But most ham radios are slightly more difficult to operate than CB radios. So you need to practice with them. And to practice, you need to have a license.

By the way, the 6 main orgainizers of Rallye de Paris are all hams. 5 of us are members of RACES. The 6th is in the business of emergency communications and knows more about radios than the other 5 of us together.
Richard
 

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don't cut
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Shoot, that reminds I keep putting getting my license off.... Too bad my pilot's license doesn't qualify me for a HAM license. I can talk to Minneapolis Center from over Lake Michigan in the plane, but I can't talk across 10 miles in the UP with a HAM. :(

Dennis Martin
[email protected]
920-432-4845
 

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Compared to getting your pilot's license, it's a snap, DM. Follow the Nike slogan: Just do it!

Mark B.
NM9S (Private, Instrument)
 

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>
>And the FCC/hams DO take this stuff seriously.

Many hams (and I am one) have as much passion about their hobby as we. We get pretty darned peeved when someone gets out on our event transits, plays 'rally ace', and violates rules and the law. So, we should be respectful of the law governing radio use too. And we particularly don't want to offend the hams who work events for us with illegal operation.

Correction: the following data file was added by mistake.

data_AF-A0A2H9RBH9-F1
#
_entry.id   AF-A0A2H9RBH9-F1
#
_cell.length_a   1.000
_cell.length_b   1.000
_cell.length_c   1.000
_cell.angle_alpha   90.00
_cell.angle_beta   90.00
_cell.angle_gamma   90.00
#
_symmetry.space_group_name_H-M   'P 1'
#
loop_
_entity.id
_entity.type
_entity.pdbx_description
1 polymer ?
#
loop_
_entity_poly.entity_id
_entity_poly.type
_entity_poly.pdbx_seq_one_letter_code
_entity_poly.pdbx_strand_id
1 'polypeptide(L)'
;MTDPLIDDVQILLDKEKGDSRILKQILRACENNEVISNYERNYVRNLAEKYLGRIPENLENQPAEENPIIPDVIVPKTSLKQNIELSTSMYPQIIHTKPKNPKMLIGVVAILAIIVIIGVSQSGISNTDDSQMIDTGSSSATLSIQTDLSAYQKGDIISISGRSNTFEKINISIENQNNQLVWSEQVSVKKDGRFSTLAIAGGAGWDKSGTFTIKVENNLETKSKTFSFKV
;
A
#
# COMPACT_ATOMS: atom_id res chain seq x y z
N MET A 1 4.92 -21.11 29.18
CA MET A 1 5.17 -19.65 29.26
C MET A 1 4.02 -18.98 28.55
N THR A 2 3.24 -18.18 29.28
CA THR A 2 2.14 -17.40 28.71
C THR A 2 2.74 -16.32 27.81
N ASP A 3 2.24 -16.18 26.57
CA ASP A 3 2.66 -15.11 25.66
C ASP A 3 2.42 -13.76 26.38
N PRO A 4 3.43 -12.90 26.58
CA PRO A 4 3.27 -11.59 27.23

Mark B.
 

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don't cut
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Look on arrl.org. Go by Radio Shack. I think they still still the books on getting your license. Do a google search on amateur radio clubs in your area and you may find some one to serve as an Elmer for you. I leave the meaning of "Elmer" up to your research. :)
Richard
 

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don't cut
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>Compared to getting your pilot's license, it's a snap, DM.
>Follow the Nike slogan: Just do it!
>
>Mark B.
>NM9S (Private, Instrument)
Dennis couldn't possibly pass the Technician license test. He is a mere shop keeper. (Whisper, whisper) Oh you mean he is an engineer and pilot and that even shopkeepers can pass the test 'cause you have to be awfully smart to stay in business. Okay, I guess Dennis could do it. SO GO TAKE THE TEST!
 

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don't cut
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In fact